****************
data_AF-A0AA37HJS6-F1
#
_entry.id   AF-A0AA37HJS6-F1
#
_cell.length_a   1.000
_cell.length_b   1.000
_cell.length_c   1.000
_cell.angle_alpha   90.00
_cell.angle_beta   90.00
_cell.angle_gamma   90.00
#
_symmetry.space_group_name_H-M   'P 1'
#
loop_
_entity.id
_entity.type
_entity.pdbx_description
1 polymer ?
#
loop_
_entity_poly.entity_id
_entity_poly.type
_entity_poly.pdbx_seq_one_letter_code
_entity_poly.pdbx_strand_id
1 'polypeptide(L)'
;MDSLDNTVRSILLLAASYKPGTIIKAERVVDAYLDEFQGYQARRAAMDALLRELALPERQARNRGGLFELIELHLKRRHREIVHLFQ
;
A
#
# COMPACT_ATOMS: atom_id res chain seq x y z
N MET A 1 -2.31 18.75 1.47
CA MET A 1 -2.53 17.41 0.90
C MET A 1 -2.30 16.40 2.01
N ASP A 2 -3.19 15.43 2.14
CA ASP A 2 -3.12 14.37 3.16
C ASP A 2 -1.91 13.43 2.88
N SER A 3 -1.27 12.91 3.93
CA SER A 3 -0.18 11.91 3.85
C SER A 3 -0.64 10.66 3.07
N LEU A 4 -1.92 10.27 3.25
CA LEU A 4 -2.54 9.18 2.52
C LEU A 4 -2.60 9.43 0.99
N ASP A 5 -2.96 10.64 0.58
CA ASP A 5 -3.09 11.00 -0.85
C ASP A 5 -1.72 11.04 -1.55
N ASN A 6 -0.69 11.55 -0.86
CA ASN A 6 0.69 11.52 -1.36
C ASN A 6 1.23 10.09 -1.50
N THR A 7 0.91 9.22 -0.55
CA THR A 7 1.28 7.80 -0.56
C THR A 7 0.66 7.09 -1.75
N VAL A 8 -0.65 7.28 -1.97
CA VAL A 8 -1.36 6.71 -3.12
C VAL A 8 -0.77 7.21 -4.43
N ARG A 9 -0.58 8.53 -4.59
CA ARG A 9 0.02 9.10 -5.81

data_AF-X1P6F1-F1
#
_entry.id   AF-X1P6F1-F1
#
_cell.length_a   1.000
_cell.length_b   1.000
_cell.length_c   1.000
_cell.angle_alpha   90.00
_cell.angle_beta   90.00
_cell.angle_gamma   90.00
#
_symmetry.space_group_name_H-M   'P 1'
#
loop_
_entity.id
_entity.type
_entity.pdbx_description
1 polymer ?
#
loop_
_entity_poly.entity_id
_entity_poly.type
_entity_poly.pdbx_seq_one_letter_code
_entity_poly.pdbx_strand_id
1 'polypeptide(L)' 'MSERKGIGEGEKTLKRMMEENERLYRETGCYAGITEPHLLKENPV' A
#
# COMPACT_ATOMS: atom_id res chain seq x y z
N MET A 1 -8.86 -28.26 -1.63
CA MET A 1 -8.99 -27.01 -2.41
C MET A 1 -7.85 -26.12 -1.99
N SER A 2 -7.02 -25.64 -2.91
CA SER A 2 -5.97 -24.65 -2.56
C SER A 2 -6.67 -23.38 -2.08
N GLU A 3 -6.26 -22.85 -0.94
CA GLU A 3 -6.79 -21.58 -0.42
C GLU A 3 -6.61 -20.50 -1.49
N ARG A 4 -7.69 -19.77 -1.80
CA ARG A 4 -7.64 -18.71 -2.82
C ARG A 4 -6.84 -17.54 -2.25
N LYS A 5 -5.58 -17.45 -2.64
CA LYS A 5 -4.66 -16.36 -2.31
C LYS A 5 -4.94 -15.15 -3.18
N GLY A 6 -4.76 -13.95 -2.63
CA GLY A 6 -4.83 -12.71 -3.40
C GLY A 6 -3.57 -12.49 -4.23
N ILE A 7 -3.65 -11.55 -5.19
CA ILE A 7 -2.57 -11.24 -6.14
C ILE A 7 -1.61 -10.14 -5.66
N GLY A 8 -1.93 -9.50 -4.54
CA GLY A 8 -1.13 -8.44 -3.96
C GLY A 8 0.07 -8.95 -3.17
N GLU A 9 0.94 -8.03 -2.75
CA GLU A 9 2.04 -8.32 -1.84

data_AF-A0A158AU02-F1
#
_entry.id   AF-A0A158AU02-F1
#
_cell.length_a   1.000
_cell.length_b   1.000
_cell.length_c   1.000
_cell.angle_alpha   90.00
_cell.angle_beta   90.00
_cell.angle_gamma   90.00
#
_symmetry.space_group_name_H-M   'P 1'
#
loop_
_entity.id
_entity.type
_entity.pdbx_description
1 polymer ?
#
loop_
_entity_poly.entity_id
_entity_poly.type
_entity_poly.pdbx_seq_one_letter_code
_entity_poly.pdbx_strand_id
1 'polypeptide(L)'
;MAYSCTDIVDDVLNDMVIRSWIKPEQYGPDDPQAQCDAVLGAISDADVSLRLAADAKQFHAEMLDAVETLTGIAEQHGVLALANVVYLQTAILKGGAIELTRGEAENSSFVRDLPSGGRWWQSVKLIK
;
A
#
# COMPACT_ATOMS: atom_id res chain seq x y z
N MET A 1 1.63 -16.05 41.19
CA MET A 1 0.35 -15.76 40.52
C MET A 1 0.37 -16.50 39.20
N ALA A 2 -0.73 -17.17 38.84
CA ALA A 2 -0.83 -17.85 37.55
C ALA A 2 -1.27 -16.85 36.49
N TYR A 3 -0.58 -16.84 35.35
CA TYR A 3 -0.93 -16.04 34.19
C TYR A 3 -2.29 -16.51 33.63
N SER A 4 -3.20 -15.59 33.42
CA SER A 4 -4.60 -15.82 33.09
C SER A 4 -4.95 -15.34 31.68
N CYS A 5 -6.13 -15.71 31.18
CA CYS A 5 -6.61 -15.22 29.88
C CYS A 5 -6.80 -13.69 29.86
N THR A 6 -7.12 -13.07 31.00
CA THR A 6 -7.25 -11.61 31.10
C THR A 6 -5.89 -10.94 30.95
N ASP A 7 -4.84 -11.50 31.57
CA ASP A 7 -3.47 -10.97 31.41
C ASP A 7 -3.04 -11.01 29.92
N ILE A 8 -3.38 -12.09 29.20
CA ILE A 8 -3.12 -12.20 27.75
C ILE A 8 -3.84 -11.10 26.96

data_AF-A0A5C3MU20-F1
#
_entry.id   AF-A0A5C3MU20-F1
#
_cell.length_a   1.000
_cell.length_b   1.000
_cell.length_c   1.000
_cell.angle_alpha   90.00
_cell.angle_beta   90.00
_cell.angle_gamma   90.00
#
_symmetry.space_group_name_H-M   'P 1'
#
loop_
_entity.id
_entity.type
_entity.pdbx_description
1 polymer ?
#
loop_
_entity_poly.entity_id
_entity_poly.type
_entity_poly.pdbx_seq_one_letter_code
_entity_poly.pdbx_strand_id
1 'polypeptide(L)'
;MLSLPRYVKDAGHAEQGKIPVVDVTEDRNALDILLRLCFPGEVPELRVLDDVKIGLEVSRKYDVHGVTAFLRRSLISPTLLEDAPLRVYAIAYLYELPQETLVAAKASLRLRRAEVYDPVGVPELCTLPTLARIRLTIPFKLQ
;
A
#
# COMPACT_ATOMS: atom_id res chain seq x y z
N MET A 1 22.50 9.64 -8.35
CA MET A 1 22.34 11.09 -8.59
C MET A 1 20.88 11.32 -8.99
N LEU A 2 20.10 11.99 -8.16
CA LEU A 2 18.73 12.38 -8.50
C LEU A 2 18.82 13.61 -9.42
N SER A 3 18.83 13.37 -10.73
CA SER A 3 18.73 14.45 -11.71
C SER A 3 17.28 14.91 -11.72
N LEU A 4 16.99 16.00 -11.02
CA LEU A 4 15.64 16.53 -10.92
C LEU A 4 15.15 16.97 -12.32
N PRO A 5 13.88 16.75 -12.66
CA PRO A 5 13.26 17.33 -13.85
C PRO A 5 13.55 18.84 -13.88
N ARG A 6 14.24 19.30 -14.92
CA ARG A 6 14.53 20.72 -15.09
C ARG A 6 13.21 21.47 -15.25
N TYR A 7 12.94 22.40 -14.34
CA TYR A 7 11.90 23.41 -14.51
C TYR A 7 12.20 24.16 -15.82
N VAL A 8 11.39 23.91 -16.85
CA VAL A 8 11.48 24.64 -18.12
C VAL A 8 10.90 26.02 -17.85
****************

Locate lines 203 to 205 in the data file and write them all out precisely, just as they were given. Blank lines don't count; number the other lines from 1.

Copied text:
N LEU A 4 16.99 16.00 -11.02
CA LEU A 4 15.64 16.53 -10.92
C LEU A 4 15.15 16.97 -12.32